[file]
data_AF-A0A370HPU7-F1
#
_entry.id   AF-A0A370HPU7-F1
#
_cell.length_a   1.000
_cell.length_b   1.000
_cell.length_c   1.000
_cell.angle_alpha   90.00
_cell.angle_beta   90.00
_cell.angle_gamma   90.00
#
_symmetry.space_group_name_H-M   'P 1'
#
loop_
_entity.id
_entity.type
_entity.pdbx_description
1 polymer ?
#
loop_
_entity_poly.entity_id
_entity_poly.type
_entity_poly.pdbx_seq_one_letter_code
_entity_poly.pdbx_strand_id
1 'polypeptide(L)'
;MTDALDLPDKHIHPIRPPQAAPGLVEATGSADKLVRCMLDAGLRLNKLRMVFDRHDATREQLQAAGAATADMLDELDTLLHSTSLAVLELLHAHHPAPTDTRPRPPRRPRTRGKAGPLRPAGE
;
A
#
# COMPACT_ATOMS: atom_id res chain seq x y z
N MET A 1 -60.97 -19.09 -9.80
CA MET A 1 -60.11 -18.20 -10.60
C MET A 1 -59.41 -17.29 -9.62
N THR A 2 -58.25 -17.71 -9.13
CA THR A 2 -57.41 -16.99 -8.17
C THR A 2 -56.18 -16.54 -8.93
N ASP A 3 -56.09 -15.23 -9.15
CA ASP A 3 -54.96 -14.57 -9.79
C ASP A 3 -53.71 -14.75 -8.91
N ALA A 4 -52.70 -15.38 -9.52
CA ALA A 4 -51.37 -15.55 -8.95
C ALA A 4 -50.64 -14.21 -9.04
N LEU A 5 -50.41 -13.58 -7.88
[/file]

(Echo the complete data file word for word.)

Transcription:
data_AF-A0A370HPU7-F1
#
_entry.id   AF-A0A370HPU7-F1
#
_cell.length_a   1.000
_cell.length_b   1.000
_cell.length_c   1.000
_cell.angle_alpha   90.00
_cell.angle_beta   90.00
_cell.angle_gamma   90.00
#
_symmetry.space_group_name_H-M   'P 1'
#
loop_
_entity.id
_entity.type
_entity.pdbx_description
1 polymer ?
#
loop_
_entity_poly.entity_id
_entity_poly.type
_entity_poly.pdbx_seq_one_letter_code
_entity_poly.pdbx_strand_id
1 'polypeptide(L)'
;MTDALDLPDKHIHPIRPPQAAPGLVEATGSADKLVRCMLDAGLRLNKLRMVFDRHDATREQLQAAGAATADMLDELDTLLHSTSLAVLELLHAHHPAPTDTRPRPPRRPRTRGKAGPLRPAGE
;
A
#
# COMPACT_ATOMS: atom_id res chain seq x y z
N MET A 1 -60.97 -19.09 -9.80
CA MET A 1 -60.11 -18.20 -10.60
C MET A 1 -59.41 -17.29 -9.62
N THR A 2 -58.25 -17.71 -9.13
CA THR A 2 -57.41 -16.99 -8.17
C THR A 2 -56.18 -16.54 -8.93
N ASP A 3 -56.09 -15.23 -9.15
CA ASP A 3 -54.96 -14.57 -9.79
C ASP A 3 -53.71 -14.75 -8.91
N ALA A 4 -52.70 -15.38 -9.52
CA ALA A 4 -51.37 -15.55 -8.95
C ALA A 4 -50.64 -14.21 -9.04
N LEU A 5 -50.41 -13.58 -7.88